Christian Review Magazine Issue 3 - March 2015 - Page 11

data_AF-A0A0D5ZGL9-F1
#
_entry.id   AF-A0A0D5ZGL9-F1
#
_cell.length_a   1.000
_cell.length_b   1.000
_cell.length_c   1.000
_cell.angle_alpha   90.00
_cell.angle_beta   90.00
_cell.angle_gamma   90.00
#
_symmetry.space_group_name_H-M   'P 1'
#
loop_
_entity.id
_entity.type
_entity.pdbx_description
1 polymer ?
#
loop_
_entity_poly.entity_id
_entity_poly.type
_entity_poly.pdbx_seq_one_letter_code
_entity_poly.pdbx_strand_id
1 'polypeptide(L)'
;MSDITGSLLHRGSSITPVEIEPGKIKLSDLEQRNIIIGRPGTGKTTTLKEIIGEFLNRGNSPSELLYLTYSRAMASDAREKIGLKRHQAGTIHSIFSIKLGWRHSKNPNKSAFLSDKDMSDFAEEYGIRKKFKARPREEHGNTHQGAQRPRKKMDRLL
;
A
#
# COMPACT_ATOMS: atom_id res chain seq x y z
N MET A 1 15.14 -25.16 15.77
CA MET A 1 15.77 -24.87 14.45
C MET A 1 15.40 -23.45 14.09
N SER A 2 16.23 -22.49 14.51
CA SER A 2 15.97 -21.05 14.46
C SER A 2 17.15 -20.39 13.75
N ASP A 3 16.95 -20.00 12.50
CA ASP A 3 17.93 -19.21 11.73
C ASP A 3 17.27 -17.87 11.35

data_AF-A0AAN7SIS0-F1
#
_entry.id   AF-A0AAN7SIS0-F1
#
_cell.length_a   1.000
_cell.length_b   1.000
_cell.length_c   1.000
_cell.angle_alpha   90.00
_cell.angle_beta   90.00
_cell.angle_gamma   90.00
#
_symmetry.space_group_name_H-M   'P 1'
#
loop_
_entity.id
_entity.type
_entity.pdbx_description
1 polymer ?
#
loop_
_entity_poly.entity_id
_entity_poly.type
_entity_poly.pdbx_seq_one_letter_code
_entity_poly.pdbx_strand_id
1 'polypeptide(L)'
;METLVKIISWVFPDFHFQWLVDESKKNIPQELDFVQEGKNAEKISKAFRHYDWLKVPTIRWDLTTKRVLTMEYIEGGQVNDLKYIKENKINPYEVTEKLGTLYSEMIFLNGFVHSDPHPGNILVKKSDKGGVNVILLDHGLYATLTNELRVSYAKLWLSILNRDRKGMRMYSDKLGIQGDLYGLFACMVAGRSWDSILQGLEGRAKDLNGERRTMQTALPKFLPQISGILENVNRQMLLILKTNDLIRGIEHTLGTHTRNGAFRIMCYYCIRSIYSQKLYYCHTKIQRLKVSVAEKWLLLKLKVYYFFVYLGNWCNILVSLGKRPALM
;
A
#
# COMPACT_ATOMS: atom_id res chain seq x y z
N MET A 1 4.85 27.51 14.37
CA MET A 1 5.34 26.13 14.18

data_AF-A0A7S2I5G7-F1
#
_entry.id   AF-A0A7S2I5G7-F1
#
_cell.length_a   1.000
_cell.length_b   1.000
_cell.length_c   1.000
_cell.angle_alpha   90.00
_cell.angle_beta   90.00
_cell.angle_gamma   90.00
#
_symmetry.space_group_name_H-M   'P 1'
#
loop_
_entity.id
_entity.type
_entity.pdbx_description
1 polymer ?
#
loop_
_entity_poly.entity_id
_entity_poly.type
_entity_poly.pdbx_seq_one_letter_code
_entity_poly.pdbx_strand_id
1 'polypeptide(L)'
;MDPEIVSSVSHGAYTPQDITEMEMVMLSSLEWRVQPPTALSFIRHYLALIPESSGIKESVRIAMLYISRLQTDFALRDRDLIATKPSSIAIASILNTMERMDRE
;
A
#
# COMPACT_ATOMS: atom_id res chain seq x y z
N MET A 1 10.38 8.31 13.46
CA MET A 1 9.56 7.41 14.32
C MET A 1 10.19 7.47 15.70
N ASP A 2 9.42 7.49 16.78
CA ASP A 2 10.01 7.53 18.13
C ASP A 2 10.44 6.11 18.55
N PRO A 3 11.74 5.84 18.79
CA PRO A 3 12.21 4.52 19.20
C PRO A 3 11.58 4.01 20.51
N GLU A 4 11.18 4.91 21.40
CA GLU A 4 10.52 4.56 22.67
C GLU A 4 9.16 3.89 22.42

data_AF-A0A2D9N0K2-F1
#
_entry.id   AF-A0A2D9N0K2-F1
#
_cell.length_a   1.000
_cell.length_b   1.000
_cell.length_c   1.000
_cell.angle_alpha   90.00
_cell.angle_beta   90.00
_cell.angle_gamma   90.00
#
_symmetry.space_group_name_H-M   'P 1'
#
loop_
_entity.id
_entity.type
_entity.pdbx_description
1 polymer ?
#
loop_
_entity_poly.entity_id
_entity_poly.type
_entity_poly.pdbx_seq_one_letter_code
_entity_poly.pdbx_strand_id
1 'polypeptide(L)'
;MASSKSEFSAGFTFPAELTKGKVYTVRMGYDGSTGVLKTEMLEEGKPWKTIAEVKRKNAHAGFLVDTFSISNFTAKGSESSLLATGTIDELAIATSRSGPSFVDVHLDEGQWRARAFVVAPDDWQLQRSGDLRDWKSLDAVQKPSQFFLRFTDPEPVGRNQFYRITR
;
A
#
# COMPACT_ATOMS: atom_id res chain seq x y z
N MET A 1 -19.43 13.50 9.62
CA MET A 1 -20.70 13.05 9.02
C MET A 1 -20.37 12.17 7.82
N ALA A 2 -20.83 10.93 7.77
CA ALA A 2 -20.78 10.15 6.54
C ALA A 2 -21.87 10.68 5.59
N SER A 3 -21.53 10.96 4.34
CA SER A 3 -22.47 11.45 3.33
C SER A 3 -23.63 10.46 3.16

BI: I became a Christian while making this film. Before I started, I definitely wasn’t an atheist. That would have taken some serious consideration and thought. You really have to decide to be an atheist. To purposefully and vehemently reject the idea of God. I honestly thought that I was a Christian. Most people in America think they’re Christians just because they were born here. I didn’t smoke cigarettes, I went to church on Christmas Eve, and I watched Fox News with my mom. That’s all a Christian was to me. It was decorative. But yes, I did become a Christian while making “The Drop Box.” When I first read the article on Pastor Lee, I wanted to know where all the love came from. After spending time in his orphanage, sleeping on the floor with the kids, I came home to my old life, much emptier than before. Sitting in my childhood bedroom, on the blue futon where I’d thought a little about God and a lot about girls, I heard a sermon about the cross. It was about how Jesus took my place on that cross. I’d heard that before. I’d heard that Jesus came to die for my sins. But this sermon was different. The message was different and it cut me to ribbons. The pastor that I was podcasting told me for the first time in my life that my heart mattered. That my secrets Pastor Lee picks up a precious delivery from the drop box mattered. That all my secret longings and lustful thoughts and selfish ambitions were sin. Sitting in my bedroom, listening to this sermon on the same computer that I had been watching pornography on for the previous five years, I broke down. All I could offer was a meager but real “I’m sorry.” That day, I learned that Jesus Christ was sinless, but that he died a sinner’s death. Like a movie through my mind, I watched Jesus take my place in an emotionally abusive relationship where I was the guilty party. My sin became clear in front of that same computer that I’d looked at naked women, in the room I’d screamed swear words at my parents. He took my place on the cross, the one place where I didn’t have to go, as long as I let Jesus go in my place. I hated myself. My sin and shame felt so deep it was as though I’d run over an innocent child on the highway. But at the same time, I had never felt so beautifully known in my whole life. It was the Father’s love, the love that still wanted me when I hated myself that changed everything. So I let Jesus into my shame, and now I’m free. CR: Looking back, is there anything you would have done differently during the filmmaking process? BI: Yes, I think when you first start making movies, you are your own chief cook and bottle washer. You write and shoot and edit an